Protect Your Network by Identifying Rogue Access Point

Ask any kind of IT professional what their greatest challenge is and they will probably answer with “uncertainty.” Uncertainty can be caused by many things. Predicting employee behavior is nearly impossible. Often times, the biggest security vulnerabilities are caused by someone inside the firm who meant well, but implemented a solution without understanding the risks involved. Uncertainty is closely tied with visibility. Not being able to see a problem until it reveals itself can lead to major organizational security vulnerabilities.

Rogue APs are a serious problem

A common example of employee mistakes leading to uncertainty is the damage caused by a rogue access point. Rogue APs often go undetected until a security breach occurs via that device. Typically, this device is a simple, cheap router that was improperly installed into a network without alerting anyone in management about it. Positive intent says an employee put it there to extend a wireless signal or to help other employees in the area connect their personal devices to the network wirelessly. However, a rogue AP isn’t always the product of a well-meaning employee. It can also be installed by a malicious actor with the knowledge that this router could be an access point at a later date. Here’s how a typical scenario plays out.

An employee brings their own router in and connects an ethernet cable so that it can access the network. The router is not actually configured in any kind of meaningful way. Access to the router, and therefore the larger network, is completely open with no security protocols put in place like they would have been done by IT team. Because the employee doesn’t know why IT would have to be alerted to the router as long as it works, this glaring security vulnerability goes undetected until someone with the knowledge of how to exploit it comes along and does so. Now you have an attack on your hands of a seemingly unknown origin. All of this has happened because the rogue AP wasn’t detected on time.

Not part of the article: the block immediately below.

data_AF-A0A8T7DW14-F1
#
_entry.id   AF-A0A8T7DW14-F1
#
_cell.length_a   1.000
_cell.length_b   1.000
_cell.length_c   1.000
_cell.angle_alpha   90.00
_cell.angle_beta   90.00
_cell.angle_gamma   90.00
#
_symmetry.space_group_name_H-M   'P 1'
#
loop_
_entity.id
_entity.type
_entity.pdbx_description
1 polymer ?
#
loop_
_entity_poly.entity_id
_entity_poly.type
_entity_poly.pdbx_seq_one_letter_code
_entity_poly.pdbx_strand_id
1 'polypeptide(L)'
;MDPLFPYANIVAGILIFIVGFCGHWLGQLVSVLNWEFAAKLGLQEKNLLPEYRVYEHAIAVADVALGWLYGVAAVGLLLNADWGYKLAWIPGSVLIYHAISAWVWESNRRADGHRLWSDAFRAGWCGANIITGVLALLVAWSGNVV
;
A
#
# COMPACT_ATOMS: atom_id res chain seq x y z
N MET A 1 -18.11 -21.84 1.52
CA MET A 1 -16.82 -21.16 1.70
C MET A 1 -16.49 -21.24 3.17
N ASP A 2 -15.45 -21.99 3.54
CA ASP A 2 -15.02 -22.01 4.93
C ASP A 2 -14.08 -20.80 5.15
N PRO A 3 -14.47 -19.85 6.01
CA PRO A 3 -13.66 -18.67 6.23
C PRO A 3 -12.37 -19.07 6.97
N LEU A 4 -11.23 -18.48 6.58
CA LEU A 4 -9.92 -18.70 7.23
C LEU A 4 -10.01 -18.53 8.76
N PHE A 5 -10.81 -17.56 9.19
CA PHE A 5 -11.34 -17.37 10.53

Detection is key

In the typical office setting, there are dozens of devices connected to a network. Everything from employee laptops to smartphones, even small routers that probably wouldn’t be noticed by anyone unless you were specifically looking for them are all looking for access. Unless you’ve installed every piece of WiFi equipment yourself and constantly walk around to physically take inventory of it, it’s nearly impossible to tell if a router is actually a rogue access point. Rogue APs must be discovered through a detection workflow. Software will need to be leveraged to find this unauthorized router.

Establishing the right kinds of protocols to properly identify rogue APs and save time doing so can be difficult. Additionally, IT managers have to decide just how much software they are willing to invest in order to meet their security needs. All challenges can be solved nicely through Genian NAC.

Smart visibility to control rogue APs

Bascially, Genian NAC can map wireless connectivity information with wired connectivity information by extending wireless visibility. Also, you can create groups using various conditions to detect the security status of APs and identify who is accessing through external, rogue, misconfigured, and no security enabled APs. Additionally, you can detect internal APs offering multiple SSIDs.

Once these devices are detected,  you can control access to unauthorized APs and manage WiFi enabled devices accessing multiple SSIDs. You can also block unauthorized AP connected to wired network and block endpoint devices trying to access unauthorized APs.

Genian NAC also can integrate with your existing wireless network infrastructure without bogging down your system.

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